nobleness of the person who renders this regard.

Another source of enjoyment is the discovery of certain qualities in
intelligent minds. The perception of the qualities of matter through the
medium of the senses is a very inferior source of gratification compared
with the discovery of certain qualities of mind. This is the source of
the highest enjoyment of which the mind is capable. The emotions thus
awakened are called esteem, veneration, love, gratitude, and the like.
_Love_, in its most general sense, is used for the pleasurable emotion
which is felt in the discovery of any quality that is agreeable, either
in matter or mind. Thus we are said to love the beauties of nature, to
love delicious fruit, and to love the society of friends. But in
relation to intelligent beings, it signifies pleasurable emotion in view
of certain qualities and actions, attended with the desire of good to
the object loved, and also a desire for reciprocated affection. There
are certain qualities and attributes of mind which may be pointed out as
the _causes_ of affection.

The first is _intellectual superiority_. Our estimate of intellect is
altogether _relative_. What in a child seems an astonishing display of
it, would be considered puerility in a man. What excites admiration in a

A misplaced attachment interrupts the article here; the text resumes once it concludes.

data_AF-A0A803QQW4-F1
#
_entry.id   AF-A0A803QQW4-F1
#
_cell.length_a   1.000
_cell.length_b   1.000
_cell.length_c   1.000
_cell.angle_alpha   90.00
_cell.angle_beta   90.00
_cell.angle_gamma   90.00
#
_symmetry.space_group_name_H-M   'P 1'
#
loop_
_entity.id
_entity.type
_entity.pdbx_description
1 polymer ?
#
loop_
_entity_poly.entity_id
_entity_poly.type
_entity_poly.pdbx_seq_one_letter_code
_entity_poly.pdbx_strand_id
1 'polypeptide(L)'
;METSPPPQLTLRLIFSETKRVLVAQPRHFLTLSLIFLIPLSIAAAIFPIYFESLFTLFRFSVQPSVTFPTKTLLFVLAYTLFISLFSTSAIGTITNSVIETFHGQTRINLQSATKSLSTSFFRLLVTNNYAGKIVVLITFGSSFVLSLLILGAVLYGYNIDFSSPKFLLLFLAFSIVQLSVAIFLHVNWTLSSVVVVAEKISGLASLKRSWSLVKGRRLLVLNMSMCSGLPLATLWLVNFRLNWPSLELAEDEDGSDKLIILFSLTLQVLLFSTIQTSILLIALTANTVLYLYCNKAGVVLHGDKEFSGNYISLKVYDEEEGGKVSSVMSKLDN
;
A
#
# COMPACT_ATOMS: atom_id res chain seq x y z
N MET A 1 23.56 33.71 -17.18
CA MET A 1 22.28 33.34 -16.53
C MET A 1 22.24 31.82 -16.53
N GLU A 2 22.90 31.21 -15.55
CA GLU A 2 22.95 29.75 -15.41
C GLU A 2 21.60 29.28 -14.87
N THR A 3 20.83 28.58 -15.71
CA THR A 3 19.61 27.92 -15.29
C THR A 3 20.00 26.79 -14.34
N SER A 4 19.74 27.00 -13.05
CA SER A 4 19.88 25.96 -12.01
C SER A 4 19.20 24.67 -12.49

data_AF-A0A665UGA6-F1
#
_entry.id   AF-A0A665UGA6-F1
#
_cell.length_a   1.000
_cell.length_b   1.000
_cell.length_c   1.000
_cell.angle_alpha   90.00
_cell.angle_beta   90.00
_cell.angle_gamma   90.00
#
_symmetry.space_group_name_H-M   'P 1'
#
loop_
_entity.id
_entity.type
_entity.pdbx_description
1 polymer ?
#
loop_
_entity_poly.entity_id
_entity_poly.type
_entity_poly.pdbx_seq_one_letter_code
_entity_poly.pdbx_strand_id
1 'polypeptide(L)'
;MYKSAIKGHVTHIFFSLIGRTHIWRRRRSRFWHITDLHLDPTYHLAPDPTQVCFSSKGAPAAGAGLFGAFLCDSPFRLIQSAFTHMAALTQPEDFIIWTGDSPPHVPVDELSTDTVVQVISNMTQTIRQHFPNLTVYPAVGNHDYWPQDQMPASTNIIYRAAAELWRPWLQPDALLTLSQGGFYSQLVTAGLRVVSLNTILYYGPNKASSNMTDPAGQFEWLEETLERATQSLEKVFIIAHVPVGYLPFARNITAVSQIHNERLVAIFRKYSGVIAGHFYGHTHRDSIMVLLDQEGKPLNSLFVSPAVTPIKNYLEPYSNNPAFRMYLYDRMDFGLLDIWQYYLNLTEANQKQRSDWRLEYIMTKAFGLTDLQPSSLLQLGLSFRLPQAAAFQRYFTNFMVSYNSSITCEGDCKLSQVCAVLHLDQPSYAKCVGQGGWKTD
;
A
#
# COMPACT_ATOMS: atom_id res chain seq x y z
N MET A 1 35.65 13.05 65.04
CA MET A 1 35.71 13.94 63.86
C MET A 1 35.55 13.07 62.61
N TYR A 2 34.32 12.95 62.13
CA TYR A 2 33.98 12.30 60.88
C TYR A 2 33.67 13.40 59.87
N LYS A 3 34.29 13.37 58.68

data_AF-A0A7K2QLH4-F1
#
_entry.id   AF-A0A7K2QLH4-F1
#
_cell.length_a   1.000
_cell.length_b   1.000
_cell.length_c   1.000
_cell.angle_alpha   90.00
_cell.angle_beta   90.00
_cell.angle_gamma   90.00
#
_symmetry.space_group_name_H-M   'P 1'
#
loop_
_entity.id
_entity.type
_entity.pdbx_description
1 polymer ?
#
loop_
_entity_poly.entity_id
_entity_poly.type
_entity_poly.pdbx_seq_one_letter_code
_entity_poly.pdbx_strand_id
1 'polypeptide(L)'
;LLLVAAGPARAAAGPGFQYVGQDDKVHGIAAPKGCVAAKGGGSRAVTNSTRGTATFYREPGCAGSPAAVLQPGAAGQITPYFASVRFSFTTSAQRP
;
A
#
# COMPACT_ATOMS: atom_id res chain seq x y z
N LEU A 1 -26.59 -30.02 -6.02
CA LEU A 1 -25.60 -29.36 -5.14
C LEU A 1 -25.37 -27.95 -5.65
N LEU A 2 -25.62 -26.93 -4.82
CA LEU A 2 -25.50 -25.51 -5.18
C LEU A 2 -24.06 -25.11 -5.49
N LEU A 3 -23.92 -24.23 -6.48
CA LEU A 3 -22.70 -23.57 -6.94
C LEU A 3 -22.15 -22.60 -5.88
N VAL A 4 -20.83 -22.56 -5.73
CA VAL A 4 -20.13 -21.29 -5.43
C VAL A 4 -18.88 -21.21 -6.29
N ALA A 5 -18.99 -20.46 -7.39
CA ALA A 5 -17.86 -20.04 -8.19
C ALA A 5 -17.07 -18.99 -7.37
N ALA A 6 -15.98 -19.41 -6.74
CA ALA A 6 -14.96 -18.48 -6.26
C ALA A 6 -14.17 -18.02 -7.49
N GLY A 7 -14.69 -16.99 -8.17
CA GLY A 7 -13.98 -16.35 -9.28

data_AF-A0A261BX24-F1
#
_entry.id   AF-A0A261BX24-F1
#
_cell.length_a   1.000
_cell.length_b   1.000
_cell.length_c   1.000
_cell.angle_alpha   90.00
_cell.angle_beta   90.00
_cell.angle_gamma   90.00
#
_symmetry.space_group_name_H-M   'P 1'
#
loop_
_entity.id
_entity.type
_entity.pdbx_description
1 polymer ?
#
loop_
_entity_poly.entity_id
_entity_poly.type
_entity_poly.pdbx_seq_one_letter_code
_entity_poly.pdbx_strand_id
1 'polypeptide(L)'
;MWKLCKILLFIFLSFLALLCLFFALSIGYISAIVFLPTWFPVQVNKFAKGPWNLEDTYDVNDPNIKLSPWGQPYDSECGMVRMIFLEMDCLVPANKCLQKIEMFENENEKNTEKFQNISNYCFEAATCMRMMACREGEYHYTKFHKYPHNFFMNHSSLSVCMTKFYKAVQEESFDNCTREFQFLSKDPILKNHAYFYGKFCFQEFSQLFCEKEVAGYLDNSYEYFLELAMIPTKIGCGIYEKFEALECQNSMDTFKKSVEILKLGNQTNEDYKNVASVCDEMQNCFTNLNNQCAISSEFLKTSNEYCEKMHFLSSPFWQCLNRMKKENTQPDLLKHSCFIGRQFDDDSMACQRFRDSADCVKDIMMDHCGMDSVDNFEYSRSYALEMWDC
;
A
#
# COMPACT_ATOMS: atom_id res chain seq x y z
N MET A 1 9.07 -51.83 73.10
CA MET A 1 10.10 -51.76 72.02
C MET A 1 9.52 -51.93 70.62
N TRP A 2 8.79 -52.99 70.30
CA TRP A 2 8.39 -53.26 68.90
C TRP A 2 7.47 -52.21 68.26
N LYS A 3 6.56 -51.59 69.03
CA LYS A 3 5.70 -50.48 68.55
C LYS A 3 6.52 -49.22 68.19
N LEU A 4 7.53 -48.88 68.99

savage or in the unlettered, is regarded with little emotion in the man
of education. There are various qualities of intellect which awaken
admiration. Quick perceptions and ready invention are the peculiar
attribute of some minds; others are endowed with great sagacity and
wisdom in adapting the best means to accomplish the best ends; others
possess an energy and force of purpose which enables them to encounter
difficulties, sustain bodily fatigue, and even to face death without
shrinking; others possess a power of forming new and varied combinations
that gratify the taste; others seem to possess a readiness and
versatility of mind which enables them to succeed in almost any object
they undertake. The exhibition of any of these operations of intellect
are causes of emotions of pleasure to other minds.

The next quality of mind which is a cause of affection is the power of
_sympathy_. There is nothing which so powerfully draws the mind toward
another being as the assurance that all our pleasures will be his, and
that “in all our afflictions he will be afflicted.” It is probable that
a being entirely destitute of this susceptibility, however he might
excite the mind by displays of intellectual power, never could be
regarded with the warm and tender emotions of affection. If we
encountered a mind that we felt looked upon our happiness without one
glimmering of pleasure, and who could gaze upon our sufferings without